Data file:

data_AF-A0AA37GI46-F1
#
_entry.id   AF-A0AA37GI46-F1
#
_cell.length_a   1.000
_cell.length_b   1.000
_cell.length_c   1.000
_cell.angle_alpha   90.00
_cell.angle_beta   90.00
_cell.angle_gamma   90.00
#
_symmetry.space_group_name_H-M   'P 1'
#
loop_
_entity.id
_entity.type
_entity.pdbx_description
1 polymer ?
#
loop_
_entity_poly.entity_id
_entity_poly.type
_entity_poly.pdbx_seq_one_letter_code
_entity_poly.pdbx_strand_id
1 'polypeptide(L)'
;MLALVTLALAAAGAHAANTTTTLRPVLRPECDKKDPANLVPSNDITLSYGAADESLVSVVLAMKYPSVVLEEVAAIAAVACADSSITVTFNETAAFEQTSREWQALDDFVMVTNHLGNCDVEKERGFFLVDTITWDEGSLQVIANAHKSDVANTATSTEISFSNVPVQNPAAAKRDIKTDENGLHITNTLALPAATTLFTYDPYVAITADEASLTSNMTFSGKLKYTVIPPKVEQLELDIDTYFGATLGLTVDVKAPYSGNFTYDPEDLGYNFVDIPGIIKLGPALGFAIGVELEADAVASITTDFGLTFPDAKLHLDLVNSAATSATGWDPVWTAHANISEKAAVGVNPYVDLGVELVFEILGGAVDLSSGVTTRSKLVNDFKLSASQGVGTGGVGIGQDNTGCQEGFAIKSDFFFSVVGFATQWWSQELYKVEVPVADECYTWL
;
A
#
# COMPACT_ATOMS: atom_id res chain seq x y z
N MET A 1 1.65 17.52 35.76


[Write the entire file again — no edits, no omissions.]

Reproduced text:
data_AF-A0AA37GI46-F1
#
_entry.id   AF-A0AA37GI46-F1
#
_cell.length_a   1.000
_cell.length_b   1.000
_cell.length_c   1.000
_cell.angle_alpha   90.00
_cell.angle_beta   90.00
_cell.angle_gamma   90.00
#
_symmetry.space_group_name_H-M   'P 1'
#
loop_
_entity.id
_entity.type
_entity.pdbx_description
1 polymer ?
#
loop_
_entity_poly.entity_id
_entity_poly.type
_entity_poly.pdbx_seq_one_letter_code
_entity_poly.pdbx_strand_id
1 'polypeptide(L)'
;MLALVTLALAAAGAHAANTTTTLRPVLRPECDKKDPANLVPSNDITLSYGAADESLVSVVLAMKYPSVVLEEVAAIAAVACADSSITVTFNETAAFEQTSREWQALDDFVMVTNHLGNCDVEKERGFFLVDTITWDEGSLQVIANAHKSDVANTATSTEISFSNVPVQNPAAAKRDIKTDENGLHITNTLALPAATTLFTYDPYVAITADEASLTSNMTFSGKLKYTVIPPKVEQLELDIDTYFGATLGLTVDVKAPYSGNFTYDPEDLGYNFVDIPGIIKLGPALGFAIGVELEADAVASITTDFGLTFPDAKLHLDLVNSAATSATGWDPVWTAHANISEKAAVGVNPYVDLGVELVFEILGGAVDLSSGVTTRSKLVNDFKLSASQGVGTGGVGIGQDNTGCQEGFAIKSDFFFSVVGFATQWWSQELYKVEVPVADECYTWL
;
A
#
# COMPACT_ATOMS: atom_id res chain seq x y z
N MET A 1 1.65 17.52 35.76